(1) Disclosure of records on confidential basis.--The head 
        of an agency disclosing human rights records as a result of a 
        positive determination under subsection (b) may, at the agency 
        head's initiative or at the request of the individual or entity 
        that submitted the request for records, disclose such records 
        to the individual or entity on a confidential basis if the 
        agency head determines that confidential disclosure is 
        necessary to avoid jeopardizing an ongoing investigation.
            (2) Delayed public disclosure of records.--If the agency 
        head determines that confidential disclosure of records under 
        paragraph (1) is necessary, the agency head may withhold such 
        records from public disclosure until the agency head 
        determines, in consultation with the individual or entity that 
        submitted the request, that the need for confidentiality no 
        longer exists.

SEC. 5. GROUNDS FOR POSTPONEMENT OF DISCLOSURE OF RECORDS.

    (a) In General.--The head of an agency may postpone disclosure of a 
human rights record or particular information in a human rights record 
under this Act only if the head of the agency determines that there is 
clear and convincing evidence that--
            (1) the threat to the military defense, intelligence 
        operations, or conduct of foreign relations of the United 
        States that would result from disclosure of the human rights 
        record is of such gravity that it outweighs the public 
        interest, and such disclosure would reveal--
                    (A) an intelligence agent whose identity requires 
                protection;
                    (B) an intelligence source or method--
                            (i) which is being utilized, or reasonably 
                        expected to be utilized, by the United States 
                        Government;
                            (ii) which has not been officially 
                        disclosed; and
                            (iii) the disclosure of which would 
                        interfere with the conduct of intelligence 
                        activities; or
                    (C) any other matter currently relating to the 
                military defense, intelligence operations, or conduct 
of foreign relations of the United States, the disclosure of which 
would demonstrably impair the national security of the United States;
            (2) the disclosure of the human rights record--
                    (A) would reveal the name or identity of a living 
                individual who provided confidential information to the 
                United States; and
                    (B) would pose a substantial risk of harm to such 
                individual or to any member of the family, friend, or 
                associate of such individual;
            (3) the disclosure of the human rights record could 
        reasonably be expected to constitute an unwarranted invasion of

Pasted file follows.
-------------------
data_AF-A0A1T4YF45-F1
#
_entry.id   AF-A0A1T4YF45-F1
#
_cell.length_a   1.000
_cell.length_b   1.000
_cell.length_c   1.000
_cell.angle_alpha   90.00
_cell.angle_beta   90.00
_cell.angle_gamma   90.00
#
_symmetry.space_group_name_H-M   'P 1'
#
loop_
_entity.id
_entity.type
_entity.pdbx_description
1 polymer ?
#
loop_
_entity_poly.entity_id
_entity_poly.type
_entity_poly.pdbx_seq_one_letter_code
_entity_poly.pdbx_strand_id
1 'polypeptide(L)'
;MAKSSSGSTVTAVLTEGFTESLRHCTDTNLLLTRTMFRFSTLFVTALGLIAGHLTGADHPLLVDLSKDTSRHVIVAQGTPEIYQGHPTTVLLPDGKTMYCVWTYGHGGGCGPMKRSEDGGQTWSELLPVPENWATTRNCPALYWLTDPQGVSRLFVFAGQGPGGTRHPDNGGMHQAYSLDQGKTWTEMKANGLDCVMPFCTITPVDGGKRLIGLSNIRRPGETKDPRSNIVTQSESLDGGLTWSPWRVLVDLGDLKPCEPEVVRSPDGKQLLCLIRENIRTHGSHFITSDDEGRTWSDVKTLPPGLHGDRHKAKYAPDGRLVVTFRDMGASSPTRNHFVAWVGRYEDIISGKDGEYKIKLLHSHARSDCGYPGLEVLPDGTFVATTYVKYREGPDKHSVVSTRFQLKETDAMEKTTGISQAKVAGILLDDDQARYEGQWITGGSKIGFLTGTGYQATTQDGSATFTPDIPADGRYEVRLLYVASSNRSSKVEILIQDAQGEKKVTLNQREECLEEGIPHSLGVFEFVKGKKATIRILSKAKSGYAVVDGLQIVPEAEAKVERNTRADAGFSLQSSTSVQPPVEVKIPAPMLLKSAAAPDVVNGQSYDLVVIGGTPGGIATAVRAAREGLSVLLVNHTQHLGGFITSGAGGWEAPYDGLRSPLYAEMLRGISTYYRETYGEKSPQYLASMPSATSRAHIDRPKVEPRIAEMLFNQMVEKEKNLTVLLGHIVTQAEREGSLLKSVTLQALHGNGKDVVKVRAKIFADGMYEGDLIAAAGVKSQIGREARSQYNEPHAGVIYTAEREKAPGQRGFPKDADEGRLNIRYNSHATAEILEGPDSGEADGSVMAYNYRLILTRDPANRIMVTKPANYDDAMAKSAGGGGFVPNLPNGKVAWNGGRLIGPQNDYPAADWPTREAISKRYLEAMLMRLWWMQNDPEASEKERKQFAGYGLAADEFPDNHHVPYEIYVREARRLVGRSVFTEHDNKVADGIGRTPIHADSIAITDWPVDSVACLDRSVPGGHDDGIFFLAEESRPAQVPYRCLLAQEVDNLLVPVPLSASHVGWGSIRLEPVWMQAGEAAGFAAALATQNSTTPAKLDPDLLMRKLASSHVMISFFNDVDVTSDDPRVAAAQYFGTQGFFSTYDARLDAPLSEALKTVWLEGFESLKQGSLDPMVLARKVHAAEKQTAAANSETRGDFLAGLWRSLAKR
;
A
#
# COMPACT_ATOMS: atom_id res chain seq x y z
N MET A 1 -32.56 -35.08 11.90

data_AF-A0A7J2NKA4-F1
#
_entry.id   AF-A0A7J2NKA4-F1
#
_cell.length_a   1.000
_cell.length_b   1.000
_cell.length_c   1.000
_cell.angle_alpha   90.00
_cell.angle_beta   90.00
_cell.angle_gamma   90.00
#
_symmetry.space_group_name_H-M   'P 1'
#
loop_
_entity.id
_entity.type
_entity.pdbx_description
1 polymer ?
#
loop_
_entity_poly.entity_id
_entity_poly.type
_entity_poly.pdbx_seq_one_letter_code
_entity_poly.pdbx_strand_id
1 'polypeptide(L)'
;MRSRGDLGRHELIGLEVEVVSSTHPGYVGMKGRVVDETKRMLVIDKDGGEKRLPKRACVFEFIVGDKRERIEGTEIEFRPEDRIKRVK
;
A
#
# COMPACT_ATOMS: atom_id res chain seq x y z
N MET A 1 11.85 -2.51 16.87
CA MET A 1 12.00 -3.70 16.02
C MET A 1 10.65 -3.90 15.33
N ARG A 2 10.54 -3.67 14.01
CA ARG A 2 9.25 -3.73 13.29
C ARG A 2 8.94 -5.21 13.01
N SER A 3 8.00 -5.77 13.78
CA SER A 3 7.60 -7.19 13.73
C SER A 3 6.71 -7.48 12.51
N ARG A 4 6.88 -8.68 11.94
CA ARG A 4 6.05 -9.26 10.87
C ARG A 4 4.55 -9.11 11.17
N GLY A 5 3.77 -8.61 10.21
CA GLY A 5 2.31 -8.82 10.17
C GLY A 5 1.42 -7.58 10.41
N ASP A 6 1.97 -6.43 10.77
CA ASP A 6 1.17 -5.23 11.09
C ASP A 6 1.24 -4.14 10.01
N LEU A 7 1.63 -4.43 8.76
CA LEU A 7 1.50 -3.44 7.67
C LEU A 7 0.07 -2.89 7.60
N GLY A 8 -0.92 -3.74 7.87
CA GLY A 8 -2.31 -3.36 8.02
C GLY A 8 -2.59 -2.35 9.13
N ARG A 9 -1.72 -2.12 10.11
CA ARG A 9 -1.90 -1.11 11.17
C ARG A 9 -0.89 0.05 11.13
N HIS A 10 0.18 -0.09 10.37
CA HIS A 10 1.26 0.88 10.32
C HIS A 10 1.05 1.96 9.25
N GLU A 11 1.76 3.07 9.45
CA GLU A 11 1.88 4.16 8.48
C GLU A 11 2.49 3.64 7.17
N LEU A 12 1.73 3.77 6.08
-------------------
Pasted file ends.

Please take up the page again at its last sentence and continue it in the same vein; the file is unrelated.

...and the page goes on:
personal privacy, and that invasion of privacy would be so 
        substantial that it outweighs the public interest; or
            (4) the disclosure of the human rights record would 
        compromise the existence of an understanding of confidentiality 
        requiring protection between a United States Government agent 
        and a cooperating individual or a foreign government, and 
        disclosure would be so harmful that it outweighs the public 
        interest.
    (b) Special Treatment of Certain Information.--It shall not be 
grounds for postponement of disclosure of a human rights record that an 
individual named in the human rights record was an intelligence asset 
of the United States Government, although the existence of such 
relationship may be withheld if any of the criteria set forth in 
subsection (a) are met. For purposes of the preceding sentence, the 
term ``intelligence asset'' means a covert agent as defined in section 
606(4) of the National Security Act of 1947 (50 U.S.C. 426(4)).

SEC. 6. REVIEW OF DETERMINATIONS TO WITHHOLD RECORDS.

    (a) Duties of the Appeals Panel.--The Appeals Panel shall review 
all determinations by the head of an agency to postpone disclosure of a 
record under this Act.
    (b) Determinations of the Appeals Panel.--
            (1) In general.--The Appeals Panel may uphold a 
        determination by the head of an agency to postpone disclosure 
        of a record under this Act only if the Appeals Panel determines 
        that there is clear and convincing evidence that--
                    (A) the record is not a human rights record; or
                    (B) the record or particular information in the 
                record qualifies for postponement of disclosure under 
                section 5.
            (2) Treatment in cases of nondisclosure.--If the Appeals 
        Panel concurs with an agency decision to postpone disclosure of 
        a record under this Act, the Appeals Panel shall determine, in 
        consultation with the head of the agency and consistent with 
        the standards set forth in this Act, which, if any, of the 
        alternative forms of disclosure described in paragraph (3)